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Pleasing impossible guests

Question:

What do you do when a customer sends a long complaint email for a situation you saw unfold, and they were impossible to please? She refused a free meal on return, and a refund, and continued to send complaints.

– Abby Singh, Owner-Manager, Canteen 900, Forty Fort, PA

Answer:

While I do not subscribe to the idea that the customer is always right, I do believe that in an email battle between restaurateur and guest, the restaurateur can’t win. There are numerous examples of restaurateurs losing their patience with a guest by email or social media. Because this electronic documentation can be posted and shared, it becomes especially important to keep your cool, even with the most exasperating guest.

A good service recovery plan is key. If that plan is in place, most problems, if you notice them or a guest or employee brings them to your attention, should be possible to solve on the spot. Your follow up with the guest will indicate whether she or he is satisfied with your solution.

Email complaints, while unpleasant, can be useful. They make you aware of problems, give you the opportunity to win back the business of an unsatisfied guest, can redirect frustrations to you instead of to review sites, and can help you improve. Amelia Ekus, manager at Barbuto in New York City says, “The first thing I do when I receive an email regarding a negative experience is try to get the guest on the phone. We all know that e-mail is an easier way to complain than on the phone, so step one is to make contact outside of e-mail.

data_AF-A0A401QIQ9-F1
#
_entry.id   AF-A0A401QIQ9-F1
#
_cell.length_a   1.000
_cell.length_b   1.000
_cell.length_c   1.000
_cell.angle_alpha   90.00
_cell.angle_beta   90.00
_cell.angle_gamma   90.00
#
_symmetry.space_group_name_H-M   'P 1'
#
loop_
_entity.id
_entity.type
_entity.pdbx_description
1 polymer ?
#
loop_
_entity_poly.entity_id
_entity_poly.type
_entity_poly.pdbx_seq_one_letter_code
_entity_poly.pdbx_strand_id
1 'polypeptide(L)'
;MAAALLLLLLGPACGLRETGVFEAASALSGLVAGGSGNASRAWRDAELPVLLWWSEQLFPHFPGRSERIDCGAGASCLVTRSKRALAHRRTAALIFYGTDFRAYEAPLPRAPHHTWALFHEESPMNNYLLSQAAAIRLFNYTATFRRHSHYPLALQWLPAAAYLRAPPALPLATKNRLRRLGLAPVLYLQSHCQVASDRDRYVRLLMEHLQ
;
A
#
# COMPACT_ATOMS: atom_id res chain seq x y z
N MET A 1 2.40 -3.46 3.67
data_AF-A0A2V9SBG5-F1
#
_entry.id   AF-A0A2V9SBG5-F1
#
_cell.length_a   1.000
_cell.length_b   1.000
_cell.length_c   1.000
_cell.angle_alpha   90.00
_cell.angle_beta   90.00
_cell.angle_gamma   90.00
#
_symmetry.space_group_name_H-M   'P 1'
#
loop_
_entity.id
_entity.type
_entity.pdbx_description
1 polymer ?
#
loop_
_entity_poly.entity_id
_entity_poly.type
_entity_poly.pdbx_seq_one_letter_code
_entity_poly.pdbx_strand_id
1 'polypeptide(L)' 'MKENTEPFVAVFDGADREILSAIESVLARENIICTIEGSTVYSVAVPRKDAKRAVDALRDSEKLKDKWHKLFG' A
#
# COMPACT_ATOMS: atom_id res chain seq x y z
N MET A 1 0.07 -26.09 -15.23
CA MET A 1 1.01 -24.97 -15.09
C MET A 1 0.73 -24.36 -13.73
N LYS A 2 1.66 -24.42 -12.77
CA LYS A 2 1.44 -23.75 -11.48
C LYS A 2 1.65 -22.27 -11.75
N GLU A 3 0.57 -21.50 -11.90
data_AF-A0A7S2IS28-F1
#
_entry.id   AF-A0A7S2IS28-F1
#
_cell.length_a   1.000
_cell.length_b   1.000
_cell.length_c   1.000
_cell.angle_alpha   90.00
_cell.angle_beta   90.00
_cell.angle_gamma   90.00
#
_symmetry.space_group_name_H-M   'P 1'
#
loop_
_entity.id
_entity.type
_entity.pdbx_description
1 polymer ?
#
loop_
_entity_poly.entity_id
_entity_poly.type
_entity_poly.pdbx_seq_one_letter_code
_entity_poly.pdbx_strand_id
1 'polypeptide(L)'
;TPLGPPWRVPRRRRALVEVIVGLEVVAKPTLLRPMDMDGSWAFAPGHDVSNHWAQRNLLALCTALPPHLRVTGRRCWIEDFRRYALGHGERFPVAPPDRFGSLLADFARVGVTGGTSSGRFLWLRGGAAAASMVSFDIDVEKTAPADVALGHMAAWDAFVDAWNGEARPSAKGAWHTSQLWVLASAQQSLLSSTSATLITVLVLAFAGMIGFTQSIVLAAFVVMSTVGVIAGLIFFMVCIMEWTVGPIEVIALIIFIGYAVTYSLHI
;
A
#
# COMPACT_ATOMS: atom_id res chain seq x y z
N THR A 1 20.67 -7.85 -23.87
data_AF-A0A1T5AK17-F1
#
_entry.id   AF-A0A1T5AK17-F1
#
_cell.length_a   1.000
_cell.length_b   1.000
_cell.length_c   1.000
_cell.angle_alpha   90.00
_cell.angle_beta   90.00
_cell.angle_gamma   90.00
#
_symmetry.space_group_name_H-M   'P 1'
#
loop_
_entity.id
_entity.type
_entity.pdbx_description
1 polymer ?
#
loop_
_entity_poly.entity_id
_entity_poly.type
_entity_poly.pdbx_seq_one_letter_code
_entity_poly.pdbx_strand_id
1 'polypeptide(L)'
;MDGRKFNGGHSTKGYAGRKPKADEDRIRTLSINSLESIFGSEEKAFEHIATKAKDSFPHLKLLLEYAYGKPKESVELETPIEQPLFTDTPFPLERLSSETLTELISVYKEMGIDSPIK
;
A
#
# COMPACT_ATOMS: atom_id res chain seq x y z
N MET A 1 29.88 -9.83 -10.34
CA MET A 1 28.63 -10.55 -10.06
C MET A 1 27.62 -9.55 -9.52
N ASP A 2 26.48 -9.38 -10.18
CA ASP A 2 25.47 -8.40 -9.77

Step two is listen and apologize. Most people have not worked in restaurants and don't want to hear any excuses about kitchen equipment breaking, someone not showing up to work, or whatever the circumstance was that created a negative experience. Just listen to what they have to say and apologize for the error. Most importantly, guests who have a negative experience just want to be heard. They typically feel neglected, or less important than other guests in the restaurants.

Step three—this is where I have seen the best managers really shine—the turn-around. If an unhappy guest can be turned around, they will be return guests for life. Some of my most loyal regulars began as unhappy guests. It goes like this, "I am so sorry that happened. That sort of behavior/food mishap/timing issue (fill in the blank here) is not up to our standards of service and I plan on approaching my staff to make sure it never happens again. I appreciate you sharing your experience with me as it is the only way that we can improve. I would really like to show you how we do things properly, and would like to offer you and a guest dinner with my compliments."

If they don't bite right away, give them your e-mail address (not an info@ as it will feel impersonal!) and tell them to follow up when they are ready. If they bite, make sure you are all over them next time they come. In a world of internet reviews and tightening budgets for restaurants, it's worth it.”

If a plan like Ekus’s doesn’t work, you may have a chronic complainer. In that case, my advice is to cut your losses. A heated email exchange will only make you look unreasonable. While every guest is an important guest, you do not necessarily want to cultivate the business of one who is so time-consuming. Finally, some guests just need to vent; but you are a restaurateur, not a therapist.

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